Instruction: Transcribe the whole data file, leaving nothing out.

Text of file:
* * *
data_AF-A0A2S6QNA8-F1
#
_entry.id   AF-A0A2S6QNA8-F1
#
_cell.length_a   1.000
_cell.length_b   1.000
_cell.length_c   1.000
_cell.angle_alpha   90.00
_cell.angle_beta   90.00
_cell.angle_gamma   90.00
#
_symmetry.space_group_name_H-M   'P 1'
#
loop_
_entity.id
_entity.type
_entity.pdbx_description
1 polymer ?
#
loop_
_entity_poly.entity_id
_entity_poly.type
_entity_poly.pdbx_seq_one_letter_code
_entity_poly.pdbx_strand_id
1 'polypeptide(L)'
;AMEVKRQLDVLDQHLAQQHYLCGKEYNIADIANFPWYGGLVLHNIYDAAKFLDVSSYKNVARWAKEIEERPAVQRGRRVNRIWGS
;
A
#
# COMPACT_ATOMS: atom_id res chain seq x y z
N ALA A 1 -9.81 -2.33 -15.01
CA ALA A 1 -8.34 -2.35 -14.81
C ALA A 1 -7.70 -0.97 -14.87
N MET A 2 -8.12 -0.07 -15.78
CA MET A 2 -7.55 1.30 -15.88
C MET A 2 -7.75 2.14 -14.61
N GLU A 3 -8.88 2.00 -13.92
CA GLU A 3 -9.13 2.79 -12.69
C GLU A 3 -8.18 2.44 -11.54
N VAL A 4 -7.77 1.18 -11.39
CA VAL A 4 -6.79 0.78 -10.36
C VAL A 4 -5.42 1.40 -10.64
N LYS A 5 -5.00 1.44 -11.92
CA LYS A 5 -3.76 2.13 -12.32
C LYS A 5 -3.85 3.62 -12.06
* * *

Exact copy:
data_AF-A0A2S6QNA8-F1
#
_entry.id   AF-A0A2S6QNA8-F1
#
_cell.length_a   1.000
_cell.length_b   1.000
_cell.length_c   1.000
_cell.angle_alpha   90.00
_cell.angle_beta   90.00
_cell.angle_gamma   90.00
#
_symmetry.space_group_name_H-M   'P 1'
#
loop_
_entity.id
_entity.type
_entity.pdbx_description
1 polymer ?
#
loop_
_entity_poly.entity_id
_entity_poly.type
_entity_poly.pdbx_seq_one_letter_code
_entity_poly.pdbx_strand_id
1 'polypeptide(L)'
;AMEVKRQLDVLDQHLAQQHYLCGKEYNIADIANFPWYGGLVLHNIYDAAKFLDVSSYKNVARWAKEIEERPAVQRGRRVNRIWGS
;
A
#
# COMPACT_ATOMS: atom_id res chain seq x y z
N ALA A 1 -9.81 -2.33 -15.01
CA ALA A 1 -8.34 -2.35 -14.81
C ALA A 1 -7.70 -0.97 -14.87
N MET A 2 -8.12 -0.07 -15.78
CA MET A 2 -7.55 1.30 -15.88
C MET A 2 -7.75 2.14 -14.61
N GLU A 3 -8.88 2.00 -13.92
CA GLU A 3 -9.13 2.79 -12.69
C GLU A 3 -8.18 2.44 -11.54
N VAL A 4 -7.77 1.18 -11.39
CA VAL A 4 -6.79 0.78 -10.36
C VAL A 4 -5.42 1.40 -10.64
N LYS A 5 -5.00 1.44 -11.92
CA LYS A 5 -3.76 2.13 -12.32
C LYS A 5 -3.85 3.62 -12.06